Why Saudi Arabia is still vital to US interests

US President Barack Obama’s recent visit to Saudi Arabia must be seen as a balancing act in the Middle East
Syed Ata Hasnain

THE speed of events in the Middle East is faster than can be absorbed by an increasingly complex strategic environment. The apparent cooling of US interest in the region, emanating from perceived failure of the Arab Spring, improving potential of control over Iran’s nuclear ambitions and the steadily declining energy ties between US and the Saudi Arabia, among many other issues appears to create a conflict of interests for the US, and hence, the necessity to restore balance. This is all the more important in view of the emerging confidence of Russia and its ability to punch above its weight in mutual international standoffs.

President Obama’s second visit to Saudi Arabia during his presidency is obviously far more important than his first which preceded his visit to Egypt in 2009 for what appeared then as a path-breaking outreach to the Islamic world. Smitten first by the events in Syria which saw US hand over diplomatic advantage to Russia and then by the recent surprise acts by Russia in Ukraine, the US is obviously in the process of a major reconsideration of its Middle East policy. Central to its considerations is the feasibility of losing the advantage of a long-standing strategic partnership with Saudi Arabia which was based upon the oil for security equation.

Progressively, over the past 10 years or so, US-Saudi ties have weakened leading to perceptible differences about commonality of the strategic aim. The most important security consideration for Saudi Arabia is its long-standing fear of Iran and the Shia power that emanates from it. The onset of this current standoff can be traced back to 2003 and the handling of post-Gulf War II scenario in Iraq, which saw the emergence of Shia dominance. The Saudis always feared that the Shia linkages were stronger than the pan-Arab loyalties of Iraq and that it was Iran which had achieved strategic gain because of the Shia revival in Baghdad. The subsequent emergence of the strength of the Shia Hizbullah in Lebanon, once again backed by Iran, did not bring any comfort level to the Saudi leadership.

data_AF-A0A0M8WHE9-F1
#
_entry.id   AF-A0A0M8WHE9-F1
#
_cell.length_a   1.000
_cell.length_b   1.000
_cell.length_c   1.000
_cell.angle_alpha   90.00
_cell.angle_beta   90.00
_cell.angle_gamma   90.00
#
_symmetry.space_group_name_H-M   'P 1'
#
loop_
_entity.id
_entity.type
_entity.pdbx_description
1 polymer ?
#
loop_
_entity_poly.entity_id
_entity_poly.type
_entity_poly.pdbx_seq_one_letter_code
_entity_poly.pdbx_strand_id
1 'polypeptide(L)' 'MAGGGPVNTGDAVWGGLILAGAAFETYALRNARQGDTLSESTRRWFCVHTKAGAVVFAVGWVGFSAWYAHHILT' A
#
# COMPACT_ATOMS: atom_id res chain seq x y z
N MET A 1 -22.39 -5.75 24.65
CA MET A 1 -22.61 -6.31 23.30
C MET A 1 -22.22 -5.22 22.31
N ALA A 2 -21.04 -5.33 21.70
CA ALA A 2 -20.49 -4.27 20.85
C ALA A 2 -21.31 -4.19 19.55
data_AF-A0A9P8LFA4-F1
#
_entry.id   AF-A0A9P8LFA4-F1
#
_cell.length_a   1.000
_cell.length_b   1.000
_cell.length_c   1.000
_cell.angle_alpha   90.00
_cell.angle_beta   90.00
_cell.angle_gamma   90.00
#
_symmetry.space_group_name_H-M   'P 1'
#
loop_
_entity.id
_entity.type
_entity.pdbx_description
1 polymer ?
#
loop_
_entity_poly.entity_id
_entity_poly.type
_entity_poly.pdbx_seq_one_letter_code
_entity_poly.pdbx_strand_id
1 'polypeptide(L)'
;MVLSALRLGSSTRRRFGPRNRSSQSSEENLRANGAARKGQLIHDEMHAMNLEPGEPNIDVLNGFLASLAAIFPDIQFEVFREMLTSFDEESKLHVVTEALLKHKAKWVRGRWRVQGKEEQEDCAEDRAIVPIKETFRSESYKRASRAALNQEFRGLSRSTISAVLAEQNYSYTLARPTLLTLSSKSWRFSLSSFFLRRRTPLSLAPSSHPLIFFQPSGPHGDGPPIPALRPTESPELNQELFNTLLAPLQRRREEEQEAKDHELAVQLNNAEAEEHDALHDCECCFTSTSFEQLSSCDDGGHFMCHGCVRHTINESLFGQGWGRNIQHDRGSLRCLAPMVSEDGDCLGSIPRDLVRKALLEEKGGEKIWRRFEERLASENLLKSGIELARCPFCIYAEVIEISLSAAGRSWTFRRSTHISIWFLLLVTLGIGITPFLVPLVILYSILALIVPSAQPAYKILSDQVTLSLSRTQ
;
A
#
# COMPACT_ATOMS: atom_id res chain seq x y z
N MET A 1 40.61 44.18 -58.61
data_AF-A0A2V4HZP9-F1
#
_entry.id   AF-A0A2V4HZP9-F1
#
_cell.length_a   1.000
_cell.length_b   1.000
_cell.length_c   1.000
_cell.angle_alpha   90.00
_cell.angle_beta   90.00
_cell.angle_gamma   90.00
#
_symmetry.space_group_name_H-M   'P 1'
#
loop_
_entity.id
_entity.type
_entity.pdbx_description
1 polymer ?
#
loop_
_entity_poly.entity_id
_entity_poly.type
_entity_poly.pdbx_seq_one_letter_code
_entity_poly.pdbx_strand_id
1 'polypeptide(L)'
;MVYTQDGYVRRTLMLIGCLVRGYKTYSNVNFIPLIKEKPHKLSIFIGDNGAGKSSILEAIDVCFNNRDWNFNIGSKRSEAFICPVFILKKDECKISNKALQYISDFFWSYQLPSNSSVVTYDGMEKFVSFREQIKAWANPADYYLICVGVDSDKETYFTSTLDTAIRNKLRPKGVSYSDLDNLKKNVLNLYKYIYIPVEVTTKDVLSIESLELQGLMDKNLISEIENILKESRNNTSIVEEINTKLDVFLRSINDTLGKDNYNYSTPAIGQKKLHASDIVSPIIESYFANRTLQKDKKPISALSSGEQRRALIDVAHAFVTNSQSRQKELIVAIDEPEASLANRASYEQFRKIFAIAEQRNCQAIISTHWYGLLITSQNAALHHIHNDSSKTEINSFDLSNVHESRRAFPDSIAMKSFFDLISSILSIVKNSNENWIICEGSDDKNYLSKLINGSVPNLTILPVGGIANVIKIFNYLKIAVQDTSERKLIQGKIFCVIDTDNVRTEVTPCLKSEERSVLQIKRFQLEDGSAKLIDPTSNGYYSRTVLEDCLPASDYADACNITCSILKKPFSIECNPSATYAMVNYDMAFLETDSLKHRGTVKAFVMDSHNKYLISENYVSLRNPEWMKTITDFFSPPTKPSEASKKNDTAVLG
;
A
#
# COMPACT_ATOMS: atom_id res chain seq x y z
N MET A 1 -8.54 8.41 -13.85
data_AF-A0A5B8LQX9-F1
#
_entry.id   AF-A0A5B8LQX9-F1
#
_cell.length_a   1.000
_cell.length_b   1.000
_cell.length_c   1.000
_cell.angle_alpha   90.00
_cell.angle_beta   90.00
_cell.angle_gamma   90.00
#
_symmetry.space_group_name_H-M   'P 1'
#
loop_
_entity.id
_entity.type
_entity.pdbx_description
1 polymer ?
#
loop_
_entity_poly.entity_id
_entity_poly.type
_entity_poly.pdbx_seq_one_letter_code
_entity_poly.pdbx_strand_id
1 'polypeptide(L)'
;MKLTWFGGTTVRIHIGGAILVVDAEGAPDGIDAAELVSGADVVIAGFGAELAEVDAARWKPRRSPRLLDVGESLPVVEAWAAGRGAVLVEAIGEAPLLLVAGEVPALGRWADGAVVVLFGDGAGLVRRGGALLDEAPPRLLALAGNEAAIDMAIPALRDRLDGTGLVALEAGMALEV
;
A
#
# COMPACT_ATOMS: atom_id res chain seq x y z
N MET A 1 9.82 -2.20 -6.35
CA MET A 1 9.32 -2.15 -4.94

What, however, really got the goat of the Saudis was the rapid pace at which the Arab Spring emerged in the Middle East ostensibly with the US as a passive bystander hoping for the emergence of greater liberal democratic trends in the Arab world. Tunisia’s Jasmine Revolution followed by Egypt’s White Lily Revolution and preceded by Lebanon’s Cedar Revolution sent ominous signals to the Saudis; the rising turbulence in Bahrain and Yemen did not provide any succour either. The Saudis were peeved particularly with the overthrow of Hosni Mubarak and the emergence of the Muslim Brotherhood. A little-known fact about Middle East politics has been the long-standing abhorrence with which the Saudi monarchy has looked upon the Muslim Brotherhood. This stems from the basic difference whereby the monarchy has always kept the Saudi clergy at bay by allowing it full control over the mosques but no interference in core political issues.

The Muslim Brotherhood on the other hand essentially follows the Islamic traditions of combining religion and politics, the church and the state. The Saudis expected the US to back the Egyptian military because of the long-standing relationship the two enjoyed. The US, however, followed its own convictions of its future interests in diluting the power of dictatorships all over the Middle East. The suspension of US military aid to Egypt around the same time as the announced Saudi-UAE $12 billion aid to Egypt only worsened relations. While US-Egypt relations appear to be on the mend the recent death sentence meted out to 500 Muslim Brotherhood activists by an Egyptian court will surely provide yet another irritant to the US-Saudi relationship.

Binding ties

 The first alliance between US and Saudi Arabia was sealed between President Franklin Delano Roosevelt and Saudi King Adul Aziz on February 14, 1945, when they met on the deck of the USS Quincy as the American warship cruised in the Suez Canal.

 When the Saudis really needed the States following Saddam Hussein’s 1990 invasion of their neighbour Kuwait, the United States sent half a million troops to the Gulf to expel Saddam’s forces.

 The US is likely to actively pressurise the Egyptian leadership to withdraw this sentence in keeping with its avowed campaign for human rights in the Middle East with Saudi Arabia taking an opposite view after having declared the Brotherhood a terrorist organisation.

A complex case